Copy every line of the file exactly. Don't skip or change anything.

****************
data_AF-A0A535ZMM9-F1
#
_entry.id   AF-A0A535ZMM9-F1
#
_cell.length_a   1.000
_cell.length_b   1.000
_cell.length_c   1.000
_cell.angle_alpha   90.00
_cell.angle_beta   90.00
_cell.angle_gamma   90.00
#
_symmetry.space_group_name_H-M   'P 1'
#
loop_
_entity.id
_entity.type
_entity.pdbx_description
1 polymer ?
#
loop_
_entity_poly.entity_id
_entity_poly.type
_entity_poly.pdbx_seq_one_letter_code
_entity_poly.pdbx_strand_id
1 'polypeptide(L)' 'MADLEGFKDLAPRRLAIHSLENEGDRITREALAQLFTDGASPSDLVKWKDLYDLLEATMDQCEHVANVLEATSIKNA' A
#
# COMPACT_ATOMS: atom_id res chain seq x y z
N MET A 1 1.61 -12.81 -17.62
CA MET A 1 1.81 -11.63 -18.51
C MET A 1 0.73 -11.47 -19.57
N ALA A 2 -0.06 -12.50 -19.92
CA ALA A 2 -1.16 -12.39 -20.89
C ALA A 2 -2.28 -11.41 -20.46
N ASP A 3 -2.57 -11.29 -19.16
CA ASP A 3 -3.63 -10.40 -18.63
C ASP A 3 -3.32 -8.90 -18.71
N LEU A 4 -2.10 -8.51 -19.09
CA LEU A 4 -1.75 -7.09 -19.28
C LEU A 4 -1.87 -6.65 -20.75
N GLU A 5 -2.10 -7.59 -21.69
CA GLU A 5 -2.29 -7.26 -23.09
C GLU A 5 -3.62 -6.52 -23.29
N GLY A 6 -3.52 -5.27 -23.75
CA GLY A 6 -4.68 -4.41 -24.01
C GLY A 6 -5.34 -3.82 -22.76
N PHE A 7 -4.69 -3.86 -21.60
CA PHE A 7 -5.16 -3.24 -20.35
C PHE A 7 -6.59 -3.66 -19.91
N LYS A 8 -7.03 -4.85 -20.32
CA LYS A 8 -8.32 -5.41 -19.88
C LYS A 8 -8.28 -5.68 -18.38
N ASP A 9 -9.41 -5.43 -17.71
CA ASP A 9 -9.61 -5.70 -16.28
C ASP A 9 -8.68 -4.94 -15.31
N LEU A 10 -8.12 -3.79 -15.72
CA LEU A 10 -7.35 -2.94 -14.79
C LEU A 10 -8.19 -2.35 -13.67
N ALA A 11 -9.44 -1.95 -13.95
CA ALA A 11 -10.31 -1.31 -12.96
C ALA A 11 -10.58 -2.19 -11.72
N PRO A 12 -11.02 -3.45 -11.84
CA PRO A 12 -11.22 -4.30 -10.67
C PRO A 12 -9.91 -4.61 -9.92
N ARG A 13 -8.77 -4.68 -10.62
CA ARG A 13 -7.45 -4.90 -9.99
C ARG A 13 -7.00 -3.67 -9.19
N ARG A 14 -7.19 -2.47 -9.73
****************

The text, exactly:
data_AF-A0A535ZMM9-F1
#
_entry.id   AF-A0A535ZMM9-F1
#
_cell.length_a   1.000
_cell.length_b   1.000
_cell.length_c   1.000
_cell.angle_alpha   90.00
_cell.angle_beta   90.00
_cell.angle_gamma   90.00
#
_symmetry.space_group_name_H-M   'P 1'
#
loop_
_entity.id
_entity.type
_entity.pdbx_description
1 polymer ?
#
loop_
_entity_poly.entity_id
_entity_poly.type
_entity_poly.pdbx_seq_one_letter_code
_entity_poly.pdbx_strand_id
1 'polypeptide(L)' 'MADLEGFKDLAPRRLAIHSLENEGDRITREALAQLFTDGASPSDLVKWKDLYDLLEATMDQCEHVANVLEATSIKNA' A
#
# COMPACT_ATOMS: atom_id res chain seq x y z
N MET A 1 1.61 -12.81 -17.62
CA MET A 1 1.81 -11.63 -18.51
C MET A 1 0.73 -11.47 -19.57
N ALA A 2 -0.06 -12.50 -19.92
CA ALA A 2 -1.16 -12.39 -20.89
C ALA A 2 -2.28 -11.41 -20.46
N ASP A 3 -2.57 -11.29 -19.16
CA ASP A 3 -3.63 -10.40 -18.63
C ASP A 3 -3.32 -8.90 -18.71
N LEU A 4 -2.10 -8.51 -19.09
CA LEU A 4 -1.75 -7.09 -19.28
C LEU A 4 -1.87 -6.65 -20.75
N GLU A 5 -2.10 -7.59 -21.69
CA GLU A 5 -2.29 -7.26 -23.09
C GLU A 5 -3.62 -6.52 -23.29
N GLY A 6 -3.52 -5.27 -23.75
CA GLY A 6 -4.68 -4.41 -24.01
C GLY A 6 -5.34 -3.82 -22.76
N PHE A 7 -4.69 -3.86 -21.60
CA PHE A 7 -5.16 -3.24 -20.35
C PHE A 7 -6.59 -3.66 -19.91
N LYS A 8 -7.03 -4.85 -20.32
CA LYS A 8 -8.32 -5.41 -19.88
C LYS A 8 -8.28 -5.68 -18.38
N ASP A 9 -9.41 -5.43 -17.71
CA ASP A 9 -9.61 -5.70 -16.28
C ASP A 9 -8.68 -4.94 -15.31
N LEU A 10 -8.12 -3.79 -15.72
CA LEU A 10 -7.35 -2.94 -14.79
C LEU A 10 -8.19 -2.35 -13.67
N ALA A 11 -9.44 -1.95 -13.95
CA ALA A 11 -10.31 -1.31 -12.96
C ALA A 11 -10.58 -2.19 -11.72
N PRO A 12 -11.02 -3.45 -11.84
CA PRO A 12 -11.22 -4.30 -10.67
C PRO A 12 -9.91 -4.61 -9.92
N ARG A 13 -8.77 -4.68 -10.62
CA ARG A 13 -7.45 -4.90 -9.99
C ARG A 13 -7.00 -3.67 -9.19
N ARG A 14 -7.19 -2.47 -9.73